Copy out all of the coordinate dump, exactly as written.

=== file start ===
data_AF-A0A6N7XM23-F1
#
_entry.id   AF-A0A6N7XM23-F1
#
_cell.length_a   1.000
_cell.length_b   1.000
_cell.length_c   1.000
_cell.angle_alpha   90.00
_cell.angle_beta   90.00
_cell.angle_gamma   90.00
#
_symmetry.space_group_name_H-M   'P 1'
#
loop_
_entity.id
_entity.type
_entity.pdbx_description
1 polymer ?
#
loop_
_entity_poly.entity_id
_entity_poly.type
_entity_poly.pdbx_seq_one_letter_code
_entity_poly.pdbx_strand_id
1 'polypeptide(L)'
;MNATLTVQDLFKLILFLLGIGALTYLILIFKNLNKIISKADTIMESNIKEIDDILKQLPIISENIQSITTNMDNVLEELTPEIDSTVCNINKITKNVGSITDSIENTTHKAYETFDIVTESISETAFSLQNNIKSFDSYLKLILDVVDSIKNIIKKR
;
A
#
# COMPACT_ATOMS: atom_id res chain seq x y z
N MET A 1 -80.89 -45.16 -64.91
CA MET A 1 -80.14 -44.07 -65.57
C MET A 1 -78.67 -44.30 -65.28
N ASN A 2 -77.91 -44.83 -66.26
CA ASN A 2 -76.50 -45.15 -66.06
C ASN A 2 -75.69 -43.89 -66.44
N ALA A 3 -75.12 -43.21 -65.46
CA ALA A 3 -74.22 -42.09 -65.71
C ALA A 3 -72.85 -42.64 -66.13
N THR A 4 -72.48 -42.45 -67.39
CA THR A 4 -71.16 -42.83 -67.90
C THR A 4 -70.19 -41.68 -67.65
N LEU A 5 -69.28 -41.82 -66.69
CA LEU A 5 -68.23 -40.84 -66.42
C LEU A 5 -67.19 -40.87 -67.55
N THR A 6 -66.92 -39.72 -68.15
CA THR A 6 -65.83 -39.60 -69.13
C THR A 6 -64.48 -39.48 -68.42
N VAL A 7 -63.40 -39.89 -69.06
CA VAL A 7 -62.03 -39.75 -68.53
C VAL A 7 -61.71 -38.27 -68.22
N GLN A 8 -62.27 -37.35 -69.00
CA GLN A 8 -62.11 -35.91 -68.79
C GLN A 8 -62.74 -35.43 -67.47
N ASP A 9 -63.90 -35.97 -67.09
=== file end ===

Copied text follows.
data_AF-A0A6N7XM23-F1
#
_entry.id   AF-A0A6N7XM23-F1
#
_cell.length_a   1.000
_cell.length_b   1.000
_cell.length_c   1.000
_cell.angle_alpha   90.00
_cell.angle_beta   90.00
_cell.angle_gamma   90.00
#
_symmetry.space_group_name_H-M   'P 1'
#
loop_
_entity.id
_entity.type
_entity.pdbx_description
1 polymer ?
#
loop_
_entity_poly.entity_id
_entity_poly.type
_entity_poly.pdbx_seq_one_letter_code
_entity_poly.pdbx_strand_id
1 'polypeptide(L)'
;MNATLTVQDLFKLILFLLGIGALTYLILIFKNLNKIISKADTIMESNIKEIDDILKQLPIISENIQSITTNMDNVLEELTPEIDSTVCNINKITKNVGSITDSIENTTHKAYETFDIVTESISETAFSLQNNIKSFDSYLKLILDVVDSIKNIIKKR
;
A
#
# COMPACT_ATOMS: atom_id res chain seq x y z
N MET A 1 -80.89 -45.16 -64.91
CA MET A 1 -80.14 -44.07 -65.57
C MET A 1 -78.67 -44.30 -65.28
N ASN A 2 -77.91 -44.83 -66.26
CA ASN A 2 -76.50 -45.15 -66.06
C ASN A 2 -75.69 -43.89 -66.44
N ALA A 3 -75.12 -43.21 -65.46
CA ALA A 3 -74.22 -42.09 -65.71
C ALA A 3 -72.85 -42.64 -66.13
N THR A 4 -72.48 -42.45 -67.39
CA THR A 4 -71.16 -42.83 -67.90
C THR A 4 -70.19 -41.68 -67.65
N LEU A 5 -69.28 -41.82 -66.69
CA LEU A 5 -68.23 -40.84 -66.42
C LEU A 5 -67.19 -40.87 -67.55
N THR A 6 -66.92 -39.72 -68.15
CA THR A 6 -65.83 -39.60 -69.13
C THR A 6 -64.48 -39.48 -68.42
N VAL A 7 -63.40 -39.89 -69.06
CA VAL A 7 -62.03 -39.75 -68.53
C VAL A 7 -61.71 -38.27 -68.22
N GLN A 8 -62.27 -37.35 -69.00
CA GLN A 8 -62.11 -35.91 -68.79
C GLN A 8 -62.74 -35.43 -67.47
N ASP A 9 -63.90 -35.97 -67.09